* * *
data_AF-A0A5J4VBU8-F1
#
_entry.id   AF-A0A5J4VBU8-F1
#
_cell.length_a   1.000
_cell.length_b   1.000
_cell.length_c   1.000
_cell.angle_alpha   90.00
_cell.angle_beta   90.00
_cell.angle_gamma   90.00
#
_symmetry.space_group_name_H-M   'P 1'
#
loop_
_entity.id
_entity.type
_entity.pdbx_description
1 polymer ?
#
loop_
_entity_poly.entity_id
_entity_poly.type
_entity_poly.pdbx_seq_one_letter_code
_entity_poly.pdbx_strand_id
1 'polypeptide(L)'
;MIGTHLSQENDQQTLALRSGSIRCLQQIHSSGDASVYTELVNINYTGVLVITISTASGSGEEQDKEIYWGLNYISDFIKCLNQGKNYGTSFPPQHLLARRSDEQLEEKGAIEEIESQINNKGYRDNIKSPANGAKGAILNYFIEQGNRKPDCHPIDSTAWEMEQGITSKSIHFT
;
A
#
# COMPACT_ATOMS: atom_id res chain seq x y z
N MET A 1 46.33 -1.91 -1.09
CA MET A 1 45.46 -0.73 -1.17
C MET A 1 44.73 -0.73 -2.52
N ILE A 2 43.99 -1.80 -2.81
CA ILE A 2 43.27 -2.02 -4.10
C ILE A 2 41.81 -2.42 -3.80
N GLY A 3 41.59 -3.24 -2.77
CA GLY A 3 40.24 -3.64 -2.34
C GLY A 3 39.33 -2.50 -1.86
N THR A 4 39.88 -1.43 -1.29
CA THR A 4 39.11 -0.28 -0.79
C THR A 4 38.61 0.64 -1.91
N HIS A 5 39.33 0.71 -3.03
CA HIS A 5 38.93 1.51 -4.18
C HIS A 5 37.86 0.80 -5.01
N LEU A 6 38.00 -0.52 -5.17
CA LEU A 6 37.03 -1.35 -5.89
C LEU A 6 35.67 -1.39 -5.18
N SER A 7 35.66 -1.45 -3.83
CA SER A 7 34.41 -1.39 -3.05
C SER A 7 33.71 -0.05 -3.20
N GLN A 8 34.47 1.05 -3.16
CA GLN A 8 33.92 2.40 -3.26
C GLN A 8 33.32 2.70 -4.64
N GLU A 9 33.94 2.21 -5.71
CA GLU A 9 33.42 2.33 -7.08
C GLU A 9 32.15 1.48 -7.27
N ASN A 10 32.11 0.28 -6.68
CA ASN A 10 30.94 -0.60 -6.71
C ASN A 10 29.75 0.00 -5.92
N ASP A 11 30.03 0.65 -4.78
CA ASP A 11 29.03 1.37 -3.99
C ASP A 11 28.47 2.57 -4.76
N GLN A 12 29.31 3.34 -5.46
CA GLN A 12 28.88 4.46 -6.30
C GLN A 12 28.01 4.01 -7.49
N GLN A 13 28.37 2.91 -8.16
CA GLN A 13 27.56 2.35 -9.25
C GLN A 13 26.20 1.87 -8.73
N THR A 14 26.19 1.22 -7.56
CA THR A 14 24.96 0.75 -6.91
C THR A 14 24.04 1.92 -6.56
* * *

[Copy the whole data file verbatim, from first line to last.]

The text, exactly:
data_AF-A0A5J4VBU8-F1
#
_entry.id   AF-A0A5J4VBU8-F1
#
_cell.length_a   1.000
_cell.length_b   1.000
_cell.length_c   1.000
_cell.angle_alpha   90.00
_cell.angle_beta   90.00
_cell.angle_gamma   90.00
#
_symmetry.space_group_name_H-M   'P 1'
#
loop_
_entity.id
_entity.type
_entity.pdbx_description
1 polymer ?
#
loop_
_entity_poly.entity_id
_entity_poly.type
_entity_poly.pdbx_seq_one_letter_code
_entity_poly.pdbx_strand_id
1 'polypeptide(L)'
;MIGTHLSQENDQQTLALRSGSIRCLQQIHSSGDASVYTELVNINYTGVLVITISTASGSGEEQDKEIYWGLNYISDFIKCLNQGKNYGTSFPPQHLLARRSDEQLEEKGAIEEIESQINNKGYRDNIKSPANGAKGAILNYFIEQGNRKPDCHPIDSTAWEMEQGITSKSIHFT
;
A
#
# COMPACT_ATOMS: atom_id res chain seq x y z
N MET A 1 46.33 -1.91 -1.09
CA MET A 1 45.46 -0.73 -1.17
C MET A 1 44.73 -0.73 -2.52
N ILE A 2 43.99 -1.80 -2.81
CA ILE A 2 43.27 -2.02 -4.10
C ILE A 2 41.81 -2.42 -3.80
N GLY A 3 41.59 -3.24 -2.77
CA GLY A 3 40.24 -3.64 -2.34
C GLY A 3 39.33 -2.50 -1.86
N THR A 4 39.88 -1.43 -1.29
CA THR A 4 39.11 -0.28 -0.79
C THR A 4 38.61 0.64 -1.91
N HIS A 5 39.33 0.71 -3.03
CA HIS A 5 38.93 1.51 -4.18
C HIS A 5 37.86 0.80 -5.01
N LEU A 6 38.00 -0.52 -5.17
CA LEU A 6 37.03 -1.35 -5.89
C LEU A 6 35.67 -1.39 -5.18
N SER A 7 35.66 -1.45 -3.83
CA SER A 7 34.41 -1.39 -3.05
C SER A 7 33.71 -0.05 -3.20
N GLN A 8 34.47 1.05 -3.16
CA GLN A 8 33.92 2.40 -3.26
C GLN A 8 33.32 2.70 -4.64
N GLU A 9 33.94 2.21 -5.71
CA GLU A 9 33.42 2.33 -7.08
C GLU A 9 32.15 1.48 -7.27
N ASN A 10 32.11 0.28 -6.68
CA ASN A 10 30.94 -0.60 -6.71
C ASN A 10 29.75 0.00 -5.92
N ASP A 11 30.03 0.65 -4.78
CA ASP A 11 29.03 1.37 -3.99
C ASP A 11 28.47 2.57 -4.76
N GLN A 12 29.31 3.34 -5.46
CA GLN A 12 28.88 4.46 -6.30
C GLN A 12 28.01 4.01 -7.49
N GLN A 13 28.37 2.91 -8.16
CA GLN A 13 27.56 2.35 -9.25
C GLN A 13 26.20 1.87 -8.73
N THR A 14 26.19 1.22 -7.56
CA THR A 14 24.96 0.75 -6.91
C THR A 14 24.04 1.92 -6.56